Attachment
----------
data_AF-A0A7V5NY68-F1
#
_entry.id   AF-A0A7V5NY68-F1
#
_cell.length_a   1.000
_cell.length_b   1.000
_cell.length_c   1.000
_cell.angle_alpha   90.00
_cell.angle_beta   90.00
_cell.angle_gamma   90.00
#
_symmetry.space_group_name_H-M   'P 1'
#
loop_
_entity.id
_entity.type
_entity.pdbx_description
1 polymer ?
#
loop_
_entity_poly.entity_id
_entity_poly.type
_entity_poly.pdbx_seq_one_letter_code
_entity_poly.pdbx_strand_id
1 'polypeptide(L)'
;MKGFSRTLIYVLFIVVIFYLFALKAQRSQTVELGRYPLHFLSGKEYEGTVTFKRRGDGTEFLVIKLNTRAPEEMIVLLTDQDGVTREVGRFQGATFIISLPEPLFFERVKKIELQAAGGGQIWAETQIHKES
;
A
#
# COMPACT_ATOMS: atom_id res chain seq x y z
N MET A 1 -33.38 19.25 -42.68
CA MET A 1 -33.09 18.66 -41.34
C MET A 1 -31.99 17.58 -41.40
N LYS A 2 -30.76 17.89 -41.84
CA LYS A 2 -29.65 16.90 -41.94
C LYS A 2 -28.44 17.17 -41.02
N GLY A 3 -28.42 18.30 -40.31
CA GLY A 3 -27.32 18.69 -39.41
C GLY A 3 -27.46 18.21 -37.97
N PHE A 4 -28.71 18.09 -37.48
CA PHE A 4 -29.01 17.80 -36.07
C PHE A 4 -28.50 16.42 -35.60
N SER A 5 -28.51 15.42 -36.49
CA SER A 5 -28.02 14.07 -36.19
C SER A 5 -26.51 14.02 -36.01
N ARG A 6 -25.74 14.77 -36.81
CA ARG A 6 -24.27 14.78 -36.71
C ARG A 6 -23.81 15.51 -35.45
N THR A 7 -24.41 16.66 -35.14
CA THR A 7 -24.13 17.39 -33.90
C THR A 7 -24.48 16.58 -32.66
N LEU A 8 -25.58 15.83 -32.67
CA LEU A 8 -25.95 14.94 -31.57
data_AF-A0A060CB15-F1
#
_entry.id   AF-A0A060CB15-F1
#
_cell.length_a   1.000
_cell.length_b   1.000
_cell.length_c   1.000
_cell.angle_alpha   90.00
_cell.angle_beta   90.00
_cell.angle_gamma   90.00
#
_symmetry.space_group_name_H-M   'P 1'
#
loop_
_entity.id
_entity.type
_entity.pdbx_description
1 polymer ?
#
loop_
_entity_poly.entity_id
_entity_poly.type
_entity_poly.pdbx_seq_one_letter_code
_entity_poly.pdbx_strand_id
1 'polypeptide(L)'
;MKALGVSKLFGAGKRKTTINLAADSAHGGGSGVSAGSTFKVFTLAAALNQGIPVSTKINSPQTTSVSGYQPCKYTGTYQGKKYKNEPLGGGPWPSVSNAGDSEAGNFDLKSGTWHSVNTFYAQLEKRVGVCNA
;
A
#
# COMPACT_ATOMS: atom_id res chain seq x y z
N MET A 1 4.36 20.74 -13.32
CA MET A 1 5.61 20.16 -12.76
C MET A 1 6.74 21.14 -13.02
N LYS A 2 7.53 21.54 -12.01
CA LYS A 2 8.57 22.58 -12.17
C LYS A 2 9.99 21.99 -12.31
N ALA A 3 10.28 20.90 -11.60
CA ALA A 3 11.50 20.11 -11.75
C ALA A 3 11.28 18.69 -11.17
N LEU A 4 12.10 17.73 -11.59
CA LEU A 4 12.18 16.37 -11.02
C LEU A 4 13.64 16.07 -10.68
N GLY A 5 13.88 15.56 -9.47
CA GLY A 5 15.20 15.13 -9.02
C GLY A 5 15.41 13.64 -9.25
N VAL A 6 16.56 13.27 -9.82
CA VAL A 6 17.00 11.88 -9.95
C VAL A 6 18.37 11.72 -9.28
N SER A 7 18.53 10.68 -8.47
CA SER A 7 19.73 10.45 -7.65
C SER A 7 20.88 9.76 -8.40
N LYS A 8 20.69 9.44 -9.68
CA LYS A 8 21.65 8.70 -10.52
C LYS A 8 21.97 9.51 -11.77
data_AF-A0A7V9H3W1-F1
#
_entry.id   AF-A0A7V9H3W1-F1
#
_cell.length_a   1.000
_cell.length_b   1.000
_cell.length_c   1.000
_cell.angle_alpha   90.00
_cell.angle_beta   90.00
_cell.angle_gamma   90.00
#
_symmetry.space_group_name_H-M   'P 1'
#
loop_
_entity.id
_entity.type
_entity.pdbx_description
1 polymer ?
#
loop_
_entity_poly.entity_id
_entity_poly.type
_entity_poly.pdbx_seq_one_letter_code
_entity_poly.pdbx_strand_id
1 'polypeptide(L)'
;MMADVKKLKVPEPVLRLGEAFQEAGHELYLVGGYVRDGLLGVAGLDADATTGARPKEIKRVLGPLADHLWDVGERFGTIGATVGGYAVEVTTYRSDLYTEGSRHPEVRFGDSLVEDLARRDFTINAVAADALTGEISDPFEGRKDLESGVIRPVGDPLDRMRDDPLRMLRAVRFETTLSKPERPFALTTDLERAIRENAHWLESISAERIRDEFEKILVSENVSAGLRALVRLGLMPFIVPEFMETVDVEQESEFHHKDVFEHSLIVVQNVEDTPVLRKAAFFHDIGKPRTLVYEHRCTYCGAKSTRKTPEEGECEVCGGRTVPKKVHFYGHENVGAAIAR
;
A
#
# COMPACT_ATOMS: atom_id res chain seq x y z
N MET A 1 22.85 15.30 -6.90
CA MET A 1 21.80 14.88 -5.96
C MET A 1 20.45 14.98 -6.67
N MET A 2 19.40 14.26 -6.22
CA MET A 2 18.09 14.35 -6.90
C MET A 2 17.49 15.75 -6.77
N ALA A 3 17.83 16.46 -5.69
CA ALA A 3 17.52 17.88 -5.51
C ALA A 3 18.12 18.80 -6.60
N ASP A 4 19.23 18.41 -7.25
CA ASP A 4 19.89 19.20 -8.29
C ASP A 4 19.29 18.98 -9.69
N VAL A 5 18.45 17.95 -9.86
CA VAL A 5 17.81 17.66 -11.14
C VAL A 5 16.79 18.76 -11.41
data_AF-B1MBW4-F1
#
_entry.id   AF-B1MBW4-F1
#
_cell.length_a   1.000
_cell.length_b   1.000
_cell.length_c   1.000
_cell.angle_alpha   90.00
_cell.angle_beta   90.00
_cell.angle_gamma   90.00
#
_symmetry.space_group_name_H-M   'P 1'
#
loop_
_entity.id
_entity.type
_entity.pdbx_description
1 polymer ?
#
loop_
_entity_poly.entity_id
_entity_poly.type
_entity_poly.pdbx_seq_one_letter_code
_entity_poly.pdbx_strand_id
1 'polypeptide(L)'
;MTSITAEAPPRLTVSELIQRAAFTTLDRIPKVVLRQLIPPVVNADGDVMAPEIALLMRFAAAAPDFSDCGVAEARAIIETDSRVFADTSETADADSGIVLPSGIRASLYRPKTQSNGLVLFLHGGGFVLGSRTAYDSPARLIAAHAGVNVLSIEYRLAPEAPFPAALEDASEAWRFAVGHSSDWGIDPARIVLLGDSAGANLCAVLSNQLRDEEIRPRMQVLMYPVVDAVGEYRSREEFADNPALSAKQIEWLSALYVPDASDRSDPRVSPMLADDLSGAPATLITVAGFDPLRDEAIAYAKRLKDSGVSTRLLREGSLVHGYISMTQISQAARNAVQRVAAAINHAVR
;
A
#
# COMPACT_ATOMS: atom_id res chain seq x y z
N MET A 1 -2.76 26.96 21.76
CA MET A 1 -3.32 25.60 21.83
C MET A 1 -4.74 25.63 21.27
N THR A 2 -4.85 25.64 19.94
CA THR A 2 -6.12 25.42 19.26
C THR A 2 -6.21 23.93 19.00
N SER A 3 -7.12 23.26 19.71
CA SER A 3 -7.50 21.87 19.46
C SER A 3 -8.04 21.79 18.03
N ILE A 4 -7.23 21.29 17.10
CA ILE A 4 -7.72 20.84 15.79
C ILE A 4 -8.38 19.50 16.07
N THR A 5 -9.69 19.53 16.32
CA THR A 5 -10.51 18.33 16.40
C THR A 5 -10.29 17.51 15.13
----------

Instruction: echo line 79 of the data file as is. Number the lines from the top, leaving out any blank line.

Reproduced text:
;MKALGVSKLFGAGKRKTTINLAADSAHGGGSGVSAGSTFKVFTLAAALNQGIPVSTKINSPQTTSVSGYQPCKYTGTYQGKKYKNEPLGGGPWPSVSNAGDSEAGNFDLKSGTWHSVNTFYAQLEKRVGVCNA